After a post-election hiatus, we officially re-launch Sabatos Crystal Ball as the political planets align. The New Hampshire primary is exactly one year from today , and the 2005 presidential inauguration is just less than two years away. The Crystal Ball has been given a complete overhaul, making our critically acclaimed site even more visually appealing and interactive.
Included are sections on the 2003 gubernatorial races, as well as the 2004 races for president, Senate, House, and governor. Each section is packed with loads of information and commentary, along with a historical perspective. The presidential section includes features such as an analysis of the nomination process, the “3 keys to the presidency,” and detailed candidate profiles.
During the course of the next two years, we will be tracking the latest political developments and putting them into the broader context of our electoral tradition. So stay tuned, and keep an eye on the Crystal Ball!
Now down to business…
The 2004 Presidential Election in a Nutshell: Thumbs Up, Thumbs Down
That’s all there really is to any election for president involving an incumbent. It’s a simple referendum: Do people want to keep the president, or get rid of him? If the former, it doesn’t matter very much which candidate the opposition party nominates, because the challenger LOSES. If the latter, it doesn’t matter very much which candidate the opposition party nominates, because the challenger WINS. Remember that when the Democrats argue endlessly about which contender is best able to take on Bush.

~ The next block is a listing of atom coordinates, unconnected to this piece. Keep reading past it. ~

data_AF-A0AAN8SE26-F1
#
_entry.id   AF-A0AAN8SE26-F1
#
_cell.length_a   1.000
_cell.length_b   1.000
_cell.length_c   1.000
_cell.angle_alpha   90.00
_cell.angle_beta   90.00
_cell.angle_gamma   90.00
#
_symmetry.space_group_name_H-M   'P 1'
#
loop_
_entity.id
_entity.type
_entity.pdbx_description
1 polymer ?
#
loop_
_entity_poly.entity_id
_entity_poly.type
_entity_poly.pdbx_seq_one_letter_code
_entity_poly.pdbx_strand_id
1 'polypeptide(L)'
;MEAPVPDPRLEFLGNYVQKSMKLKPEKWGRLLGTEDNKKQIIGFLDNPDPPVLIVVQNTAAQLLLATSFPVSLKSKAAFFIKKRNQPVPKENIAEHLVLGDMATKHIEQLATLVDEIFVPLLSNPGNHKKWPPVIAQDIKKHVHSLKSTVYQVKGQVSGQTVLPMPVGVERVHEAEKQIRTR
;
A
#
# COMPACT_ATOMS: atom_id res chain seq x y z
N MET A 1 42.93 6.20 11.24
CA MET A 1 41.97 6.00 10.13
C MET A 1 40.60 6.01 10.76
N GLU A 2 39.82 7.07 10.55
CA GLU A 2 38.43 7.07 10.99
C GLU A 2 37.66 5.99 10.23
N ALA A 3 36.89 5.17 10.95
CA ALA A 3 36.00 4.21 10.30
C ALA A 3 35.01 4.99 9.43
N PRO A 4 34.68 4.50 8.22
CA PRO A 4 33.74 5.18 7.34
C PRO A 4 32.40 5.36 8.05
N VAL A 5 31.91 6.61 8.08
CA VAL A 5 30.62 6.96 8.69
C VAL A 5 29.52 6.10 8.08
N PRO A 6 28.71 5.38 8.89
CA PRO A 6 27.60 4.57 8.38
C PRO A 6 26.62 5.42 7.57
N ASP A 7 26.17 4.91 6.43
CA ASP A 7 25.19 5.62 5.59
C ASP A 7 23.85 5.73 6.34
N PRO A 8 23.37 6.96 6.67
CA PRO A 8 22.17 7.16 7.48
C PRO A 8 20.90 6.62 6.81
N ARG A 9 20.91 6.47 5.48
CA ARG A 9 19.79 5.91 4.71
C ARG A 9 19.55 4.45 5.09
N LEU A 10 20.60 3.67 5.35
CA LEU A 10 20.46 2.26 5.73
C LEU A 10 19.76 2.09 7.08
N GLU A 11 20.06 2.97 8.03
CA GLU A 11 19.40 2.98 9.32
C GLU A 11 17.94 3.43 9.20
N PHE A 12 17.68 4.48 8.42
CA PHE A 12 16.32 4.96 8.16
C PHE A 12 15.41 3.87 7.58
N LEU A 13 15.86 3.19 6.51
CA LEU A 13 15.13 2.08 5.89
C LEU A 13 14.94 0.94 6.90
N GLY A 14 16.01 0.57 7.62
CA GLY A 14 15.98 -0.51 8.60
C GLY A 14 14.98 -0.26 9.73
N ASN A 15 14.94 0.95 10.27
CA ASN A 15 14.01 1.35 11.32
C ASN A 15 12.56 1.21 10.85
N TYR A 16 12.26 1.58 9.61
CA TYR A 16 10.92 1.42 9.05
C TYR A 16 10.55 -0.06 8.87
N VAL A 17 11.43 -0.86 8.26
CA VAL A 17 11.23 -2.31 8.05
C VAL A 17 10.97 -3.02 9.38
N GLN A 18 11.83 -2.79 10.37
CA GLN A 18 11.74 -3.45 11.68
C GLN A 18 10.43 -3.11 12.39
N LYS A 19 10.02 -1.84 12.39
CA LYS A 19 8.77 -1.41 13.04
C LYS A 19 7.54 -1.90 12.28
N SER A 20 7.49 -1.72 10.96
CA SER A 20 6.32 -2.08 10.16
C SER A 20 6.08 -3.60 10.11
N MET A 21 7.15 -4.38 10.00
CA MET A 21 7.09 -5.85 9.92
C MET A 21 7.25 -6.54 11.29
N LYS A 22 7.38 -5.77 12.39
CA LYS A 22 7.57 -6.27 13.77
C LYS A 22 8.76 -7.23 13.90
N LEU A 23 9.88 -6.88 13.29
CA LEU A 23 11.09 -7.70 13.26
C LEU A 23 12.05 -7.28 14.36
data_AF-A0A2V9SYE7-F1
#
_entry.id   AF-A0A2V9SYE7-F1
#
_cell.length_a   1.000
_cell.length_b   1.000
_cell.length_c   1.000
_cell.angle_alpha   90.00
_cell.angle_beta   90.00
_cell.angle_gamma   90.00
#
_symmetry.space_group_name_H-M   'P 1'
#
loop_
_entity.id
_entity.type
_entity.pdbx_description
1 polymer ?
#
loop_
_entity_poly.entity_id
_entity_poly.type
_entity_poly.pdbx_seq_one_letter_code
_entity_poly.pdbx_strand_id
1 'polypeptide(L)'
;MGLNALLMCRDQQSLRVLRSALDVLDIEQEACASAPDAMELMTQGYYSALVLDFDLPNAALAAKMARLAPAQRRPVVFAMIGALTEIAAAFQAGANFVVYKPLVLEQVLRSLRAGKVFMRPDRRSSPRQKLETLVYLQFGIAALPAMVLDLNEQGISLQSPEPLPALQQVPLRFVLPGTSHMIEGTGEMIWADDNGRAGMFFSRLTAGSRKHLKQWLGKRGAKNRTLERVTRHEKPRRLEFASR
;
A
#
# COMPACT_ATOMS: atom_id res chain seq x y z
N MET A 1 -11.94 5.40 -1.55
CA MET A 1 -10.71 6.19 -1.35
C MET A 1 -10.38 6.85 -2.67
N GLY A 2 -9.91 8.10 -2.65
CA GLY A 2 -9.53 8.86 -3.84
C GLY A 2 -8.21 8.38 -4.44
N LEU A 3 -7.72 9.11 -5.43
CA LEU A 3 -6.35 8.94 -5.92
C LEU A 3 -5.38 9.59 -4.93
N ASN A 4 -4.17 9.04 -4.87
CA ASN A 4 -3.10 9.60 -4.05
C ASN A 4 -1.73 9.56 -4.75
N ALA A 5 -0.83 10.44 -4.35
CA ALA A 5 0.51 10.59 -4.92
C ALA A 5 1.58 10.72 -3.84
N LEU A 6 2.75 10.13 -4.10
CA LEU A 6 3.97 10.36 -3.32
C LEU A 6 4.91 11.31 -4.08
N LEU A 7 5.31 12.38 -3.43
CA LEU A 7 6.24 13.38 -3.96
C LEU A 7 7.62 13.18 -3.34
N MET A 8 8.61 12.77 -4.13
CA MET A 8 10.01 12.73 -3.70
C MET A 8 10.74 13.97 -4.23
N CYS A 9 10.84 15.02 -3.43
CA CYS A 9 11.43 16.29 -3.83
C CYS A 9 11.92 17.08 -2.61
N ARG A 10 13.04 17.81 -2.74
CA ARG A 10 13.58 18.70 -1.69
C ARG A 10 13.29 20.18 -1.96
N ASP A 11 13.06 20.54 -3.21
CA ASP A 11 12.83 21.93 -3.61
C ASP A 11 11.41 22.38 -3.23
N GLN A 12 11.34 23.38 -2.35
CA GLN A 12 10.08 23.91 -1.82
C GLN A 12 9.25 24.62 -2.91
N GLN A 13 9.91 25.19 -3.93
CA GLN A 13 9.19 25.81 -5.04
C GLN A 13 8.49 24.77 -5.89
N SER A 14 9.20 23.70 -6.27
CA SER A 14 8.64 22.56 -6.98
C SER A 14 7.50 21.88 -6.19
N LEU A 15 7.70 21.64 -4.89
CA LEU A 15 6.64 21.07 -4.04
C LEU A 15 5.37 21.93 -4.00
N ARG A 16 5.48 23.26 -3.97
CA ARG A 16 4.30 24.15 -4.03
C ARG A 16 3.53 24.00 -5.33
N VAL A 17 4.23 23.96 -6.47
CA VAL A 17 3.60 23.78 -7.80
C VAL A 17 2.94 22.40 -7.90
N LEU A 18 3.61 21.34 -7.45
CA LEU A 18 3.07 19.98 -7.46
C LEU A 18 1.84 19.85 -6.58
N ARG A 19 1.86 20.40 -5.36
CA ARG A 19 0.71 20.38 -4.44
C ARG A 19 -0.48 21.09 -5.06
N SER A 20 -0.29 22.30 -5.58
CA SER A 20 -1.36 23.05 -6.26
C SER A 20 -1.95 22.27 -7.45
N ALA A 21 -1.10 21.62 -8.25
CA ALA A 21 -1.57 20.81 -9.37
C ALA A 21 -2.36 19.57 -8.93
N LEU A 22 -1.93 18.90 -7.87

IT’S NOT ABOUT THEM IN 2004. IT’S THUMBS UP, THUMBS DOWN FOR BUSH.
(Yes, if the Democrats nominate a real dud say like the GOP did in California for governor in ’02 then even a damaged incumbent can win. The Crystal Ball bets the Dems will quickly eliminate the obvious duds from their field in early 2004. They remember 2000, and they want to avenge it.)
So how do voters decide the direction their thumbs should go? Simple again. The most important factor is the economy. (Are they better off in the pocketbook than they were, and is the economy clearly picking up?) A close second in these jittery days is war and peace, national security, and the war on terror. (Are they safer today than on Sept. 11, 2001, and are we at least making good progress in the war on terror?)
And finally, let’s not forget the third-place but still mentionable unmentionable… scandal. (Is there a big one, involving the incumbent administration? And are voters feeling better about the nation’s values and standards than they were four years ago?) Take a look at the last century’s presidential elections, and you’ll see just how predictive these three simple factors have been for incumbent presidents (and often, open seat contests too, though 2000 is an exception to this rule and just about every other one!)